I learned this from an article I read on the Harvard Business Journal website. The article explains how a problem is like a monkey -- one that can easily leap from your employee's back to your own if you're not careful. This really opened my eyes. I began to think back on the past. Monkeys were all over me. That wasn't because of my employees but because of me. I'm a doer and I'm a fixer. I'm the good scout, the big brother who sticks up for his younger, weaker siblings. In other words, I'm the problem.
The most illuminating part of the article was that the manager who takes monkeys on without hesitation doesn't do his own job as well. That made me remember one of the most repeated criticisms my employees make about me: "You don't have time for me."
I finally realized why I didn't have the time my employees deserved: I was too busy taking on the problems they should be solving.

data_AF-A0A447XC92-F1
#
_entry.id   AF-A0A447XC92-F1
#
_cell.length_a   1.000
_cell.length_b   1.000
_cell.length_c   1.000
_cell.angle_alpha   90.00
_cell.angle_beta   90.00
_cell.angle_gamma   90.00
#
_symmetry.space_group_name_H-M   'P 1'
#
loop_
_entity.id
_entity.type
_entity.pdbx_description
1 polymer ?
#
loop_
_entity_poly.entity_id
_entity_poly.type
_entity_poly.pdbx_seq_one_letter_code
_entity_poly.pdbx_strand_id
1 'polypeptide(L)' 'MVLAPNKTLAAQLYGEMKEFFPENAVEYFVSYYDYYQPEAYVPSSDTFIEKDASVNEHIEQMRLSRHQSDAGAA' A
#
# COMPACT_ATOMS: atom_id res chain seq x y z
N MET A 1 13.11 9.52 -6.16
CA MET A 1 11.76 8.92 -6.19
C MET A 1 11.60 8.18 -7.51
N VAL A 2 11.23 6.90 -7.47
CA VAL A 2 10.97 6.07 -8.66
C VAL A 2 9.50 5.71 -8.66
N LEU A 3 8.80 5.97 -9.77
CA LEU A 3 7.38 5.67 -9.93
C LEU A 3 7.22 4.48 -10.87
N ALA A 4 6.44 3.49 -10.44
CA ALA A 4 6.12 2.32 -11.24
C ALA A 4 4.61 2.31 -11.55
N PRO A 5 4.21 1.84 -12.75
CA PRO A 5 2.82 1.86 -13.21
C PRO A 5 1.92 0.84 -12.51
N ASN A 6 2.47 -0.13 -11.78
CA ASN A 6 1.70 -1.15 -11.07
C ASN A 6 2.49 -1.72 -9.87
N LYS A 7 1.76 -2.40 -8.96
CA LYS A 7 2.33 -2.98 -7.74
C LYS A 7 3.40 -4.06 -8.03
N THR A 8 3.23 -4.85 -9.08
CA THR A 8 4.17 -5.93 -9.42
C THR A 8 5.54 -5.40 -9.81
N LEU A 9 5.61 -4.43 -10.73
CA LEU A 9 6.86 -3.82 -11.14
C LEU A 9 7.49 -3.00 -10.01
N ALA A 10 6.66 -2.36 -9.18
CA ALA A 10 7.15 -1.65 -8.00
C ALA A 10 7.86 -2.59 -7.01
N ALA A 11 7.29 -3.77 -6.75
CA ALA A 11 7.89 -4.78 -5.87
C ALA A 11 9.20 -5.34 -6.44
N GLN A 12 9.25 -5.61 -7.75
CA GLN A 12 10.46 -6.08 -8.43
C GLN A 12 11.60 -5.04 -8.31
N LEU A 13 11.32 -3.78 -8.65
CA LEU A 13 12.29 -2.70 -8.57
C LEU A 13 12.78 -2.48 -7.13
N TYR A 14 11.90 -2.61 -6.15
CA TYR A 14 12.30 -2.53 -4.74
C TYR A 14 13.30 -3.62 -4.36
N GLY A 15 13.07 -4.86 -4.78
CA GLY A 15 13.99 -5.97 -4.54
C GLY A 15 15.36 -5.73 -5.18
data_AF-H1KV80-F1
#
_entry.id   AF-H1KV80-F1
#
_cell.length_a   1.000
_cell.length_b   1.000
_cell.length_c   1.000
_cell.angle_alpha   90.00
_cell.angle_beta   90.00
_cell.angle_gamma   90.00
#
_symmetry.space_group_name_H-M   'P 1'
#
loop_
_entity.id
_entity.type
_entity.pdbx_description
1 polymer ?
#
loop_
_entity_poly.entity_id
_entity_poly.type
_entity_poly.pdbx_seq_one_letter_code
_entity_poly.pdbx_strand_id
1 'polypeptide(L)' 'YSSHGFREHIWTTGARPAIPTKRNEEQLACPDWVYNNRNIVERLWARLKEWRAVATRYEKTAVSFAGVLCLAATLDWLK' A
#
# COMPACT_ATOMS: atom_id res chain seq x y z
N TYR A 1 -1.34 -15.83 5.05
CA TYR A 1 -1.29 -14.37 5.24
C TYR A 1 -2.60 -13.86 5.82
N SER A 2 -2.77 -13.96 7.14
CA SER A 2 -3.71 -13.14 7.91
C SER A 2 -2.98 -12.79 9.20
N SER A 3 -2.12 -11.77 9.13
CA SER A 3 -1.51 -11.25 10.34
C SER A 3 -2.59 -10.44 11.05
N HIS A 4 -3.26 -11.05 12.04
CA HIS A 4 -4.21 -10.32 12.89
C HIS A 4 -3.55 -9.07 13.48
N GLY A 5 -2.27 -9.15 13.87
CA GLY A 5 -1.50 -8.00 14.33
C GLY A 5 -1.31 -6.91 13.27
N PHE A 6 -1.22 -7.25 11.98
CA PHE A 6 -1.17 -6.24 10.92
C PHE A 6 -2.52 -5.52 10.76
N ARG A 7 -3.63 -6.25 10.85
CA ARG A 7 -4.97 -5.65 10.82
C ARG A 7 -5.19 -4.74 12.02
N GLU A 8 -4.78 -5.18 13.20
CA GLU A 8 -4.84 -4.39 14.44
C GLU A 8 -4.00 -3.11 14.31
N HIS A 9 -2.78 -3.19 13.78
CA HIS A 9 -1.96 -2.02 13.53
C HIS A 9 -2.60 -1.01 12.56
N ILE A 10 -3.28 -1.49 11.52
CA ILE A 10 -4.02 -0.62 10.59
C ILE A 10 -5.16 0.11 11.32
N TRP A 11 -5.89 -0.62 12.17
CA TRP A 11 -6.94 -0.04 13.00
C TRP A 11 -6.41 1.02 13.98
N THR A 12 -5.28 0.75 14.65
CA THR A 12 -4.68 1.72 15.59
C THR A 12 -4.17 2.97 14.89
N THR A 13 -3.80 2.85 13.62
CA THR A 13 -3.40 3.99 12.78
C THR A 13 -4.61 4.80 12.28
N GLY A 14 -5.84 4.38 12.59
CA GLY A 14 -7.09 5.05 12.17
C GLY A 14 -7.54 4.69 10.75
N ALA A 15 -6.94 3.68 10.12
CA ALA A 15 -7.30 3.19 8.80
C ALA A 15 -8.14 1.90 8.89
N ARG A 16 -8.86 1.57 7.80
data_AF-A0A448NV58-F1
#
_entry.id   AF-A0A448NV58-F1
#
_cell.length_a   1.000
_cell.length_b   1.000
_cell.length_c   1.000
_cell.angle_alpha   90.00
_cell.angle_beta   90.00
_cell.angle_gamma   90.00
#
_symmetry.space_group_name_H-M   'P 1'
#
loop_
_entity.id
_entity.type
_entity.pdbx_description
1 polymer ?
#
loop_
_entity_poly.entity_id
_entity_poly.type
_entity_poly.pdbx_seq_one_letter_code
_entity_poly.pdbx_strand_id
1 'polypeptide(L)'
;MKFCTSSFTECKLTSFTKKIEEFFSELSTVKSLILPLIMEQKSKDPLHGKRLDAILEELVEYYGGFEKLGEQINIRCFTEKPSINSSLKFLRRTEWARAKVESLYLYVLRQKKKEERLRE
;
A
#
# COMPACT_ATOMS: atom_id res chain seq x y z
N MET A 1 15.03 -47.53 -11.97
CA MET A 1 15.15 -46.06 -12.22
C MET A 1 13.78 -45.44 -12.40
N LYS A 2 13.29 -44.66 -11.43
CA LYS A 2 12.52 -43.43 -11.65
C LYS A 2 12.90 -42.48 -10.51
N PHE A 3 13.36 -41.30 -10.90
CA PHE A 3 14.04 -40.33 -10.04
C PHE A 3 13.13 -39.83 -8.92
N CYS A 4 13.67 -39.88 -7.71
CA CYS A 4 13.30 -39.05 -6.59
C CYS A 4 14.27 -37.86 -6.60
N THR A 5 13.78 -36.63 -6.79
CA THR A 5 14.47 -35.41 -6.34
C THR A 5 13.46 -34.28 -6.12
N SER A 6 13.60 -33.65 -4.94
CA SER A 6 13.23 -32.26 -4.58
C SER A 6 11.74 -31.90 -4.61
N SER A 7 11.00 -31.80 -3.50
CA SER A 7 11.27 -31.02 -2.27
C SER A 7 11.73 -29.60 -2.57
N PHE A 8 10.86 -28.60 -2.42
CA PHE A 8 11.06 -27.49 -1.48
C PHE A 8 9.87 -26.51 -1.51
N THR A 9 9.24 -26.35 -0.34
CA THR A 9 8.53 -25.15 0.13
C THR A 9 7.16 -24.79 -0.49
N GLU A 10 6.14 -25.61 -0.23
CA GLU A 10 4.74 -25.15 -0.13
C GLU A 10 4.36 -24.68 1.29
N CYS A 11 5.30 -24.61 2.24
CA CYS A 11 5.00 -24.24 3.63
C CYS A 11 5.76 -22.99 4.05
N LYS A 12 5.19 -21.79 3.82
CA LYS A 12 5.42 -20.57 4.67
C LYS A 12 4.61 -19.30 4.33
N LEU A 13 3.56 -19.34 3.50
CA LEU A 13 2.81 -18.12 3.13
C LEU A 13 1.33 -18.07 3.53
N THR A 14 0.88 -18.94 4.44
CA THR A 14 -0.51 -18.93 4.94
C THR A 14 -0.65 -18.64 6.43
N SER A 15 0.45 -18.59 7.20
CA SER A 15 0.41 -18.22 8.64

Now this was a humbling revelation. One of the reasons is because, though my desire is to help people, I'm not allowing them to grow into problem solvers themselves. Secondly, by solving others' problems, I'm not solving my own, resulting in the very same people seeing me as unavailable to them.
The article finishes up by telling managers to check their motives for being a monkey burro: Will I feel less useful, strong, or relevant if I don't take on the monkeys? Ouch. I'm going to have to say there might be something to that. When you've worked in a small agency for a long time, you only feel normal if you're doing everything. The final point given is that a person can't keep the monkey where it belongs (on an employee's back) unless the employee trusts that it's safe to make mistakes. As obvious as that might seem, when an agency has high standards, it is even more likely that an employee would fear the consequences of a mistake.
So I've made myself a promise. I'm going to remember that as cute as that monkey is, it's not mine. I've got my own and that should be enough.